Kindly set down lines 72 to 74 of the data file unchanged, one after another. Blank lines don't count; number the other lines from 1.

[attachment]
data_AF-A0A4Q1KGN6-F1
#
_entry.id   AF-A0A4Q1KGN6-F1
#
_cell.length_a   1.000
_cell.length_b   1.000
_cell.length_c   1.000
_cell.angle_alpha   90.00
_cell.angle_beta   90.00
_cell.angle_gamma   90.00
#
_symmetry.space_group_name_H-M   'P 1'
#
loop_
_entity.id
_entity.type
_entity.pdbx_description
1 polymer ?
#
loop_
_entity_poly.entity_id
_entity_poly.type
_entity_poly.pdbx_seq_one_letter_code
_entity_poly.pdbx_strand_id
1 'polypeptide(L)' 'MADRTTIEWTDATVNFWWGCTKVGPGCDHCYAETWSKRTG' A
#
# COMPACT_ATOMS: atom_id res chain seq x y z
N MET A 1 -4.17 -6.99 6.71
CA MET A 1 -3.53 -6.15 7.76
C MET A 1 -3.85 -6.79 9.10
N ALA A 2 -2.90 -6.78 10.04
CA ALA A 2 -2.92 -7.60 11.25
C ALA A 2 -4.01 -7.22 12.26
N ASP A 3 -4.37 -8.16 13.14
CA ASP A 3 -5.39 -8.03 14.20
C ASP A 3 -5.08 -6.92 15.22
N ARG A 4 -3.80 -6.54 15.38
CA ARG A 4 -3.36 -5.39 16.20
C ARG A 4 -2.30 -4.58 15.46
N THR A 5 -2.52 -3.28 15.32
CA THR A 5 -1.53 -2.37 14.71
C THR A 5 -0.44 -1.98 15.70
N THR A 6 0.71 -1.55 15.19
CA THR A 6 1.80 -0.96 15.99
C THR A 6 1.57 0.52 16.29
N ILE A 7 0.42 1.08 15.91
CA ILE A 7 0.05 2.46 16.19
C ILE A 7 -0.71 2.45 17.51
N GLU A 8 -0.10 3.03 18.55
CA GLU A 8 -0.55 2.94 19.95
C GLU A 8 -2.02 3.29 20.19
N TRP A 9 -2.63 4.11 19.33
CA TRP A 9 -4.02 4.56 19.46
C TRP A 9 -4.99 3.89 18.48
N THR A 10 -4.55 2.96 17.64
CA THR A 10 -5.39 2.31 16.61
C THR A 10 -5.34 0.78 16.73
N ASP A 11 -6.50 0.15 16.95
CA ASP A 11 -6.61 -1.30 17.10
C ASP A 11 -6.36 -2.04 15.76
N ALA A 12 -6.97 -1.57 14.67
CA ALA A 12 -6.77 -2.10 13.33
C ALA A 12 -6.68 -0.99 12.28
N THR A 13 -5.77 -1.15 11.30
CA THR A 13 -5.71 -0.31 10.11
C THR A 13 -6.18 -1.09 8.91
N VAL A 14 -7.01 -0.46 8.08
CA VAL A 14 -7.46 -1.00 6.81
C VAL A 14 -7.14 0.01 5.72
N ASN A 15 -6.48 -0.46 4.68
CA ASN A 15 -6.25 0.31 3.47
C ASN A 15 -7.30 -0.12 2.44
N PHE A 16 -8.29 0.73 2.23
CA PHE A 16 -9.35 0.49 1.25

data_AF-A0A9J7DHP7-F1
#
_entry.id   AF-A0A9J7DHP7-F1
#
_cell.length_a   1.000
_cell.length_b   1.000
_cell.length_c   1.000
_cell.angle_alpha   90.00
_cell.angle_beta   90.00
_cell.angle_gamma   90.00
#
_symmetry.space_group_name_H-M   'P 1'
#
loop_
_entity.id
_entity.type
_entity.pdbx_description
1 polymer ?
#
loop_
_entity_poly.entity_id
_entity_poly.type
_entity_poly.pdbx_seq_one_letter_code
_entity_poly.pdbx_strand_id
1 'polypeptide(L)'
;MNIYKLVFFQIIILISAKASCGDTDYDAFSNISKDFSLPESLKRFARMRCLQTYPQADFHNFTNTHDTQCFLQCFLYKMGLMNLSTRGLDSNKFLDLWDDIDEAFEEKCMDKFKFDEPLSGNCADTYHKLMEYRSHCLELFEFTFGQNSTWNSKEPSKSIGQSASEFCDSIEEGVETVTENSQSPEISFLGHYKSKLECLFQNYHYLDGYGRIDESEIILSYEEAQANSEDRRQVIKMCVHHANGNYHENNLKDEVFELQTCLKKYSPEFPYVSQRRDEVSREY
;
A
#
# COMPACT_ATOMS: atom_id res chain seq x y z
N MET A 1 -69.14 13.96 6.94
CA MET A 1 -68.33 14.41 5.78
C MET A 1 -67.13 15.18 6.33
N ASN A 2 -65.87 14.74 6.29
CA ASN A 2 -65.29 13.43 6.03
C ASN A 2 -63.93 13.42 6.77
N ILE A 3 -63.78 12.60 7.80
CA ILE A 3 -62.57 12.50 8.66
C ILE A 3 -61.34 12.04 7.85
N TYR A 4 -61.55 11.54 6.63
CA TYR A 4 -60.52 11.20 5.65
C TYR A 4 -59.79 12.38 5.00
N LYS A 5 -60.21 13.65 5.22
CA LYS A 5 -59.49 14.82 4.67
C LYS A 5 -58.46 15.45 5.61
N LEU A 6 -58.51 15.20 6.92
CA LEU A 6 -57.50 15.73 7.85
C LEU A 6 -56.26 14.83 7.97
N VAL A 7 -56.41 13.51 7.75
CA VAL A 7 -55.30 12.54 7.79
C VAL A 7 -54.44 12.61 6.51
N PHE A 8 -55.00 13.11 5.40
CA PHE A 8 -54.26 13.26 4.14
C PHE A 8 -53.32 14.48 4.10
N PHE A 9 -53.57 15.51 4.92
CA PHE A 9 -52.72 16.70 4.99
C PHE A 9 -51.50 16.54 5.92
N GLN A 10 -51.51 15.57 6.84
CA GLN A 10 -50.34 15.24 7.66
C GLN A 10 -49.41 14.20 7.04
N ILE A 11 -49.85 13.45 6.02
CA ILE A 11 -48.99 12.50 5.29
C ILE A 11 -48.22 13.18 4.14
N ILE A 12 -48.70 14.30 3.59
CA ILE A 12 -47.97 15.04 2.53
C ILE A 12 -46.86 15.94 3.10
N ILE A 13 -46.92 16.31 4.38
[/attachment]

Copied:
C ASN A 15 -7.30 -0.12 2.44
N PHE A 16 -8.29 0.73 2.23
CA PHE A 16 -9.35 0.49 1.25